Buying indoor plants: from obvious things to unexpected questions

The purchase of a houseplant is most often determined by desire and insight, spontaneous decisions. A balanced, organized and systematic approach is much less common. But it is he (the latter) who helps to save himself from mistakes and the disappointments and problems associated with them. And the main advice that can only be given is to abandon momentary impulses and always and everywhere rely on logic (expediency). Indoor pets deserve respect. And the first thing to be guided by when buying is their interests. In order not to regret the purchase later, you should ask yourself a lot of questions – both about your desires, and about your interior, and about the plant itself that attracted your attention.

Indoor potted plants. Farmer Samantha Okazaki

Difficulties in buying indoor pets

The proverb “only professionals are lucky” is very popular among flower growers. And this truth is more relevant than ever in the purchase of indoor plants. All buyers can be divided into two groups – spontaneous owners who choose the most spectacular crops, and professionals who understand that beauty is not always obvious, not always appropriate, and that there are dozens of more important factors than first impressions. And the transition from spontaneity to professionalism is very simple: you just need to change the approach.

Any houseplant you decide to buy should be treated like a living pet, not a pretty decoration for your home. This approach will help to avoid many mistakes, save yourself the hassle and save the plant itself from suffering. Even if you fall in love with a potty miracle at first sight, still ask yourself practical questions and put his interests first. And then any purchase will only bring joy.

In order to protect yourself from mistakes, you should evaluate two important factors that determine not only the purchase itself and the choice of a plant, but also its necessity.

The first factor is your desires and capabilities, including the specifics of the place where you are going to place the plant.

The second factor is the characteristics of the plant, which are worth paying attention to and by which it needs to be comprehensively evaluated.

But in the process of choosing the plant itself, there are many difficulties, because external attractiveness is only one of the criteria. How carefully you assess the condition of the plant, its health, developmental features will also depend on whether you save yourself from unpleasant surprises. There are even more criteria when choosing indoor plants than when buying seedlings of garden trees and shrubs. While there are many obvious signs of problems for large outdoor plants, things are not so simple for indoor plants. And the health and quality check is entirely in your hands.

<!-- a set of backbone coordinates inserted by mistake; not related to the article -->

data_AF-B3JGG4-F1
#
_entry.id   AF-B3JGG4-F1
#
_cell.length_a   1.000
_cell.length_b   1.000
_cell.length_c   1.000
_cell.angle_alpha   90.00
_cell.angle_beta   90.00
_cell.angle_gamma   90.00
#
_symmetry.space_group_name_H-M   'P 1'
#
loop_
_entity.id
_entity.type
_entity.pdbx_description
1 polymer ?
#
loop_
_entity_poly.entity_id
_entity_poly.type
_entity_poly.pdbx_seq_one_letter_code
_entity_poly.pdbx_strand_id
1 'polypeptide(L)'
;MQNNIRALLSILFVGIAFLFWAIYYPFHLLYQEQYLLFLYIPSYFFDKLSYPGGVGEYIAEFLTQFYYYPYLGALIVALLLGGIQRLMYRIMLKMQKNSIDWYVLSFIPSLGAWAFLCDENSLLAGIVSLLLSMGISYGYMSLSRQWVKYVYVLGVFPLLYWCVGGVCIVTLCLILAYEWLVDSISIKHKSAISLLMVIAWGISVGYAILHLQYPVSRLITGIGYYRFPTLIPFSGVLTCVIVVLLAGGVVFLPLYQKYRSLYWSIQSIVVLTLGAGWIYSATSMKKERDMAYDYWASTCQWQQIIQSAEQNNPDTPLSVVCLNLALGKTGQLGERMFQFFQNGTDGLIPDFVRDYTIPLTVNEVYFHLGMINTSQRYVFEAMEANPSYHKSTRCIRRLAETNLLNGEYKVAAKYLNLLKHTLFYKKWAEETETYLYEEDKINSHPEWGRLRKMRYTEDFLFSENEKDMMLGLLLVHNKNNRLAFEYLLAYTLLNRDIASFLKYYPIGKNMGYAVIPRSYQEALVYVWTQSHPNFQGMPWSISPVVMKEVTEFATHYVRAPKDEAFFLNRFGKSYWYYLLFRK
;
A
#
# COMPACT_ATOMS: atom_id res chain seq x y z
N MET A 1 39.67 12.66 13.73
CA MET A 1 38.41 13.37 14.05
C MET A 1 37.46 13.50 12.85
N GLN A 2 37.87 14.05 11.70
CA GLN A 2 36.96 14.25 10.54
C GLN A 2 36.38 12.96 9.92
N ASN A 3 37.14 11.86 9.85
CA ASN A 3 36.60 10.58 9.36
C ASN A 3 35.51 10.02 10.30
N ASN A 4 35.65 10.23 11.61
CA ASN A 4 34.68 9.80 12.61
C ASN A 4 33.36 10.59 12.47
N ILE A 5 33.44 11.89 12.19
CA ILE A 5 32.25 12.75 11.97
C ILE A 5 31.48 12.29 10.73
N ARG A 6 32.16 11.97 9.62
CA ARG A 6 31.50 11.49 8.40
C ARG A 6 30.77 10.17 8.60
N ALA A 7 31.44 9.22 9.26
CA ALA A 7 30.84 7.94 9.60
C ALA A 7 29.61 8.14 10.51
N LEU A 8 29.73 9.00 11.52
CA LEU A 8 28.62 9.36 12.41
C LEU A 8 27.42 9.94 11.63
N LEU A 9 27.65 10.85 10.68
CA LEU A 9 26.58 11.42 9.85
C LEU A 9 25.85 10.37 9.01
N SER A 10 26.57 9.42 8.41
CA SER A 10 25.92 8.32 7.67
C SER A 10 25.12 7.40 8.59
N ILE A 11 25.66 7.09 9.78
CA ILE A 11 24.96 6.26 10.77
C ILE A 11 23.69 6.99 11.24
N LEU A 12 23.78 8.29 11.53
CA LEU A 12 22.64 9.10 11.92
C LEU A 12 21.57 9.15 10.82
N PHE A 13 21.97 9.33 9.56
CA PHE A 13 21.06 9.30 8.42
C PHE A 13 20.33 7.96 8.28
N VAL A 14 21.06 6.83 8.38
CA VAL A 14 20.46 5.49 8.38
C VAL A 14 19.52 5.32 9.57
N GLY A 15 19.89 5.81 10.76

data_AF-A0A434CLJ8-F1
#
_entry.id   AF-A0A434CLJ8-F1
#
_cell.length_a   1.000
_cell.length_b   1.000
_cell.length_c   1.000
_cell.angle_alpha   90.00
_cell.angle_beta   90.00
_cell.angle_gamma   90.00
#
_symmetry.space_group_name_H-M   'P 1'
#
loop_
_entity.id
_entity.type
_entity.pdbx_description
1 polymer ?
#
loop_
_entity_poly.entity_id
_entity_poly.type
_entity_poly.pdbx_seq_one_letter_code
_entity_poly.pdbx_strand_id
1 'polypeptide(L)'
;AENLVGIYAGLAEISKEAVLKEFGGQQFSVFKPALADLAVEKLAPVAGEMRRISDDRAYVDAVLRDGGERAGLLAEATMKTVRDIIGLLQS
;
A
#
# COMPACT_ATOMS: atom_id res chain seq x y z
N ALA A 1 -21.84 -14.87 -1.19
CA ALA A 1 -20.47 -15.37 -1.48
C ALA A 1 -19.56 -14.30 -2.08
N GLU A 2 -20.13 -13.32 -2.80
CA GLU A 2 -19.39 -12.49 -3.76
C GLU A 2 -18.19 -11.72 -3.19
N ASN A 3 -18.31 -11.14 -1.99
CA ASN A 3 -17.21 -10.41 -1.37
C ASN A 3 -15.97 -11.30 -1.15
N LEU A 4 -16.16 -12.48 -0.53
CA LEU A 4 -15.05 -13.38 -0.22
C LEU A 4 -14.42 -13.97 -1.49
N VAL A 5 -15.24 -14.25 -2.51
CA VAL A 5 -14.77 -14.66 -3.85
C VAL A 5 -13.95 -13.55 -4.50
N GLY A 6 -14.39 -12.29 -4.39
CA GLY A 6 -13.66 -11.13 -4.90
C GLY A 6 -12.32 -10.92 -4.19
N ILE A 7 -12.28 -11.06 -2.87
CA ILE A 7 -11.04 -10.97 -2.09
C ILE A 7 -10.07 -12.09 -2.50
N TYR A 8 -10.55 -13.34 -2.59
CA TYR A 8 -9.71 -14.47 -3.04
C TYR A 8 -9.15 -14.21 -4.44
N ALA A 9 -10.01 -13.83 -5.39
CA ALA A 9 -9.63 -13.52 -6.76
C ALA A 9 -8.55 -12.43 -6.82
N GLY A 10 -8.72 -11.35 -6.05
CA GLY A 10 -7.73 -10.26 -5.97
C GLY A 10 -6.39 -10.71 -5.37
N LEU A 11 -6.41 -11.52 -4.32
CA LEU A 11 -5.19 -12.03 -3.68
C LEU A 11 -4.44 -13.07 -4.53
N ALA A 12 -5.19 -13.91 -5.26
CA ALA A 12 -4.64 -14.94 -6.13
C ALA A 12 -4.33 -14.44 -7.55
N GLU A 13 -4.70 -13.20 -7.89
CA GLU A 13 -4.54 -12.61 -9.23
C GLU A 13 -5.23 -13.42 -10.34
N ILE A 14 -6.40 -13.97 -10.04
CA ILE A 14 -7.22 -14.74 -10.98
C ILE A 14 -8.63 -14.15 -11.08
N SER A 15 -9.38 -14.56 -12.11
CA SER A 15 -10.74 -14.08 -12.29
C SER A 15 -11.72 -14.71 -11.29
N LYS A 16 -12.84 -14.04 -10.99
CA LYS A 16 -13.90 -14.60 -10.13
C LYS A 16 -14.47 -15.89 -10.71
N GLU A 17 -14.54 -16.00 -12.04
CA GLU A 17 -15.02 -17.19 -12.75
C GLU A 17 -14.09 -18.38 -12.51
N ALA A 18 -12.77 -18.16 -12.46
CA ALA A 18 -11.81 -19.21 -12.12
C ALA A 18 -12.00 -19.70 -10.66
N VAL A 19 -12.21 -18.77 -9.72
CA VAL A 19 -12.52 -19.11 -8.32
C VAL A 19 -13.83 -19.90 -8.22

Do not forget that the place of purchase also plays an important role. Reliable and slightly more expensive specialty stores, supermarkets, florist shops, markets are not the only options. Plants can be purchased at specialized exhibitions, and in flower growers’ clubs, and on Internet resources or from friends. And although all these sources differ in reliability, qualifications of specialists and conditions for growing plants, it is still the responsibility of the buyer, how carefully he approaches the purchase issue.

Buying a houseplantBuying a houseplant

Objective plant buying questions that need to be answered

The questions that everyone should ask themselves before buying any indoor plant include both the problems of the potential placement of the culture, matching the tastes and the interior, and the characteristics of the plant that determine its perception and influence on the atmosphere in the house.

When evaluating a plant according to the first factor – your tastes and interior – it is worth considering several important parameters:

  • the place where you want and can place the plant;
  • the style of the interior and the nature of the furnishings in the house in general and the room in particular;
  • room size;
  • functional purpose of the room;
  • color concept;
  • the most comfortable characteristics of the plant for you, which are lovely to the eye and heart – preferred sizes, leaf shape, growth shape, the presence of a beautiful flowering or variegated leaves, etc. – your tastes in indoor cultures;
  • lighting intensity (and its variations in the room) and temperature conditions;
  • the ability to provide high-complexity care;
  • your work and household schedule (including travel, which may lead to a disruption in the regularity of procedures);
  • your skills and experience;
  • a collection of your indoor pets – their common features or selection criteria, the number and characteristics of the plants presented.

When assessing the characteristics and characteristics of a plant, completely different questions “emerge”, many of which are directly determined by objective factors from the first list:

  • the size of the plant (at the time of purchase and the maximum possible), their compliance with the room and the place where they want to place the plant;
  • the influence of a plant on the perception of space – the ability to expand or narrow the space, change the perception of a room and its height, the ability to zone or accentuate, etc.;
  • compliance of the plant with the style of the interior;
  • the combination of the color scheme of the plant with the color concept of the interior;
  • the nature of the plant and its compliance with the functional purpose of the zone in which it will be placed;
  • visual massiveness or lightness;
  • the lighting required by the plant and its adaptability to lighting;
  • the temperature regime in which the plant should be in the phase of active growth and dormancy;
  • the need for cold or dry wintering;
  • sensitivity to drafts and temperature extremes;
  • the need for high air humidity or growing in flower display cases;
  • the complexity of care and whether the plant can forgive mistakes in care;